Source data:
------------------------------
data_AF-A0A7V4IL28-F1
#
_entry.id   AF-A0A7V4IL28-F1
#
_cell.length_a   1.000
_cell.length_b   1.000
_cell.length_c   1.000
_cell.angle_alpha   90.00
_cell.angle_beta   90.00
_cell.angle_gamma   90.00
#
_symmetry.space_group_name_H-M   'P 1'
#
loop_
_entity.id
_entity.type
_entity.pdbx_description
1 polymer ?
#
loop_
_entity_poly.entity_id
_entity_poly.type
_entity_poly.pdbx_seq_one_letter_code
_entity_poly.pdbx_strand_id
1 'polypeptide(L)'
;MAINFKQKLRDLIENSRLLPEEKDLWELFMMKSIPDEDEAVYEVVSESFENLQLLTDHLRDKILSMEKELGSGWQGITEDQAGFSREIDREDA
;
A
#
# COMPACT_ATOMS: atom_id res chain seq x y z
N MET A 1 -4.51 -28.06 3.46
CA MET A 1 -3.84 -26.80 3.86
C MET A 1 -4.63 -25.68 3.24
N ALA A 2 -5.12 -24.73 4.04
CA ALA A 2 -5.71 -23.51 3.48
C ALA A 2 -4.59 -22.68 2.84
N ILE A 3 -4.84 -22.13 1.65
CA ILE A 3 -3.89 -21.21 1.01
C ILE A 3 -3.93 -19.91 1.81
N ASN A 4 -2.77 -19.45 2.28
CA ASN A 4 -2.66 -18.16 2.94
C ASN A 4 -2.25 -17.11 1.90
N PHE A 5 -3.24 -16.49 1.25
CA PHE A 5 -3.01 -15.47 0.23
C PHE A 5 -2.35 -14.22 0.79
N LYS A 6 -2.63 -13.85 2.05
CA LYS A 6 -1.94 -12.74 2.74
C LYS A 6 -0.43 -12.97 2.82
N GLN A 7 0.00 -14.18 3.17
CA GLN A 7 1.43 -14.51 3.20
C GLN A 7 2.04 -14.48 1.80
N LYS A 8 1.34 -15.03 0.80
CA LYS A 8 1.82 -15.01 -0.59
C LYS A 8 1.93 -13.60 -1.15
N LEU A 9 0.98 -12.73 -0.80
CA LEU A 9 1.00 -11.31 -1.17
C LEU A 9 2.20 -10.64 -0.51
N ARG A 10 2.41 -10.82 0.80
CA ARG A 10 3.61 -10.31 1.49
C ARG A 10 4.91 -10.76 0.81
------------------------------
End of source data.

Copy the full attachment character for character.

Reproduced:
data_AF-A0A7V4IL28-F1
#
_entry.id   AF-A0A7V4IL28-F1
#
_cell.length_a   1.000
_cell.length_b   1.000
_cell.length_c   1.000
_cell.angle_alpha   90.00
_cell.angle_beta   90.00
_cell.angle_gamma   90.00
#
_symmetry.space_group_name_H-M   'P 1'
#
loop_
_entity.id
_entity.type
_entity.pdbx_description
1 polymer ?
#
loop_
_entity_poly.entity_id
_entity_poly.type
_entity_poly.pdbx_seq_one_letter_code
_entity_poly.pdbx_strand_id
1 'polypeptide(L)'
;MAINFKQKLRDLIENSRLLPEEKDLWELFMMKSIPDEDEAVYEVVSESFENLQLLTDHLRDKILSMEKELGSGWQGITEDQAGFSREIDREDA
;
A
#
# COMPACT_ATOMS: atom_id res chain seq x y z
N MET A 1 -4.51 -28.06 3.46
CA MET A 1 -3.84 -26.80 3.86
C MET A 1 -4.63 -25.68 3.24
N ALA A 2 -5.12 -24.73 4.04
CA ALA A 2 -5.71 -23.51 3.48
C ALA A 2 -4.59 -22.68 2.84
N ILE A 3 -4.84 -22.13 1.65
CA ILE A 3 -3.89 -21.21 1.01
C ILE A 3 -3.93 -19.91 1.81
N ASN A 4 -2.77 -19.45 2.28
CA ASN A 4 -2.66 -18.16 2.94
C ASN A 4 -2.25 -17.11 1.90
N PHE A 5 -3.24 -16.49 1.25
CA PHE A 5 -3.01 -15.47 0.23
C PHE A 5 -2.35 -14.22 0.79
N LYS A 6 -2.63 -13.85 2.05
CA LYS A 6 -1.94 -12.74 2.74
C LYS A 6 -0.43 -12.97 2.82
N GLN A 7 0.00 -14.18 3.17
CA GLN A 7 1.43 -14.51 3.20
C GLN A 7 2.04 -14.48 1.80
N LYS A 8 1.34 -15.03 0.80
CA LYS A 8 1.82 -15.01 -0.59
C LYS A 8 1.93 -13.60 -1.15
N LEU A 9 0.98 -12.73 -0.80
CA LEU A 9 1.00 -11.31 -1.17
C LEU A 9 2.20 -10.64 -0.51
N ARG A 10 2.41 -10.82 0.80
CA ARG A 10 3.61 -10.31 1.49
C ARG A 10 4.91 -10.76 0.81